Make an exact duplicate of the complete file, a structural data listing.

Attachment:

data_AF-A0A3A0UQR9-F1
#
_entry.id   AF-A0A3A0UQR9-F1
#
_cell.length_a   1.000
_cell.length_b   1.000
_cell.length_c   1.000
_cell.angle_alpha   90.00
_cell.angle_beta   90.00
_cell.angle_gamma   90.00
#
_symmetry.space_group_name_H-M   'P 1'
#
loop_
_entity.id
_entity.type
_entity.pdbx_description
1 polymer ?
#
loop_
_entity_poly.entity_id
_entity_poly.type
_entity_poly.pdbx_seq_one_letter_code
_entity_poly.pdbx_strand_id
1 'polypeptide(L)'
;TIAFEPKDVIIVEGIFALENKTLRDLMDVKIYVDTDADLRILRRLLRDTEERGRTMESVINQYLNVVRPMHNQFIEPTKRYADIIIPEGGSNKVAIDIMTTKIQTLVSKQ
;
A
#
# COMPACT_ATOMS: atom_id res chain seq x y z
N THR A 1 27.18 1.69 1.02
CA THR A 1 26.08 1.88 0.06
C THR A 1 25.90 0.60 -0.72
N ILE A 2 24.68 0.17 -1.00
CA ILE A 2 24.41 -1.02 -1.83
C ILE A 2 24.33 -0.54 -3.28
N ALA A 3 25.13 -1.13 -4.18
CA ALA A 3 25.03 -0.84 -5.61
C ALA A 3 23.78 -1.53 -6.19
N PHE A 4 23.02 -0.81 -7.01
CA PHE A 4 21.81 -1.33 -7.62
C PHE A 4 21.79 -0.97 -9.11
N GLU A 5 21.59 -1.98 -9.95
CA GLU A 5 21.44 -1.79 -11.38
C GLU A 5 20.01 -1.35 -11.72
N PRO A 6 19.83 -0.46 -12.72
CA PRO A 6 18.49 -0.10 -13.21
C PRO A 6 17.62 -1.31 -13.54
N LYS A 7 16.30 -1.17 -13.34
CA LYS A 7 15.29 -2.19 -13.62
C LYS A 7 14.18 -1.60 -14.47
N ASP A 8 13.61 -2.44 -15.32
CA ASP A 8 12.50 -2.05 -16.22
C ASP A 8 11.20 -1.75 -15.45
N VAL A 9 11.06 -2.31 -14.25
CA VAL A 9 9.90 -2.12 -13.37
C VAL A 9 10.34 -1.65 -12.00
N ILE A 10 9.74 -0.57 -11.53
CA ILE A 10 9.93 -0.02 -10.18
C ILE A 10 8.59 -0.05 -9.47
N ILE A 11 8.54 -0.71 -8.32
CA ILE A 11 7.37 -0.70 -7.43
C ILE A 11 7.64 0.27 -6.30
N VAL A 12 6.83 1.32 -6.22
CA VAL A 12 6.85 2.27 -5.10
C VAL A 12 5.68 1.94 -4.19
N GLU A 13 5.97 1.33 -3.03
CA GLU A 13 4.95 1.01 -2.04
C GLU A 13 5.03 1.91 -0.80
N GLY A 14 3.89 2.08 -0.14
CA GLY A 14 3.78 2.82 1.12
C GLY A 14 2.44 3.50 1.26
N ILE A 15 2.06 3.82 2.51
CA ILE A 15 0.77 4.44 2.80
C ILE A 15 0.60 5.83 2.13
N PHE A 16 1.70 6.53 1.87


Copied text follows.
data_AF-A0A3A0UQR9-F1
#
_entry.id   AF-A0A3A0UQR9-F1
#
_cell.length_a   1.000
_cell.length_b   1.000
_cell.length_c   1.000
_cell.angle_alpha   90.00
_cell.angle_beta   90.00
_cell.angle_gamma   90.00
#
_symmetry.space_group_name_H-M   'P 1'
#
loop_
_entity.id
_entity.type
_entity.pdbx_description
1 polymer ?
#
loop_
_entity_poly.entity_id
_entity_poly.type
_entity_poly.pdbx_seq_one_letter_code
_entity_poly.pdbx_strand_id
1 'polypeptide(L)'
;TIAFEPKDVIIVEGIFALENKTLRDLMDVKIYVDTDADLRILRRLLRDTEERGRTMESVINQYLNVVRPMHNQFIEPTKRYADIIIPEGGSNKVAIDIMTTKIQTLVSKQ
;
A
#
# COMPACT_ATOMS: atom_id res chain seq x y z
N THR A 1 27.18 1.69 1.02
CA THR A 1 26.08 1.88 0.06
C THR A 1 25.90 0.60 -0.72
N ILE A 2 24.68 0.17 -1.00
CA ILE A 2 24.41 -1.02 -1.83
C ILE A 2 24.33 -0.54 -3.28
N ALA A 3 25.13 -1.13 -4.18
CA ALA A 3 25.03 -0.84 -5.61
C ALA A 3 23.78 -1.53 -6.19
N PHE A 4 23.02 -0.81 -7.01
CA PHE A 4 21.81 -1.33 -7.62
C PHE A 4 21.79 -0.97 -9.11
N GLU A 5 21.59 -1.98 -9.95
CA GLU A 5 21.44 -1.79 -11.38
C GLU A 5 20.01 -1.35 -11.72
N PRO A 6 19.83 -0.46 -12.72
CA PRO A 6 18.49 -0.10 -13.21
C PRO A 6 17.62 -1.31 -13.54
N LYS A 7 16.30 -1.17 -13.34
CA LYS A 7 15.29 -2.19 -13.62
C LYS A 7 14.18 -1.60 -14.47
N ASP A 8 13.61 -2.44 -15.32
CA ASP A 8 12.50 -2.05 -16.22
C ASP A 8 11.20 -1.75 -15.45
N VAL A 9 11.06 -2.31 -14.25
CA VAL A 9 9.90 -2.12 -13.37
C VAL A 9 10.34 -1.65 -12.00
N ILE A 10 9.74 -0.57 -11.53
CA ILE A 10 9.93 -0.02 -10.18
C ILE A 10 8.59 -0.05 -9.47
N ILE A 11 8.54 -0.71 -8.32
CA ILE A 11 7.37 -0.70 -7.43
C ILE A 11 7.64 0.27 -6.30
N VAL A 12 6.83 1.32 -6.22
CA VAL A 12 6.85 2.27 -5.10
C VAL A 12 5.68 1.94 -4.19
N GLU A 13 5.97 1.33 -3.03
CA GLU A 13 4.95 1.01 -2.04
C GLU A 13 5.03 1.91 -0.80
N GLY A 14 3.89 2.08 -0.14
CA GLY A 14 3.78 2.82 1.12
C GLY A 14 2.44 3.50 1.26
N ILE A 15 2.06 3.82 2.51
CA ILE A 15 0.77 4.44 2.80
C ILE A 15 0.60 5.83 2.13
N PHE A 16 1.70 6.53 1.87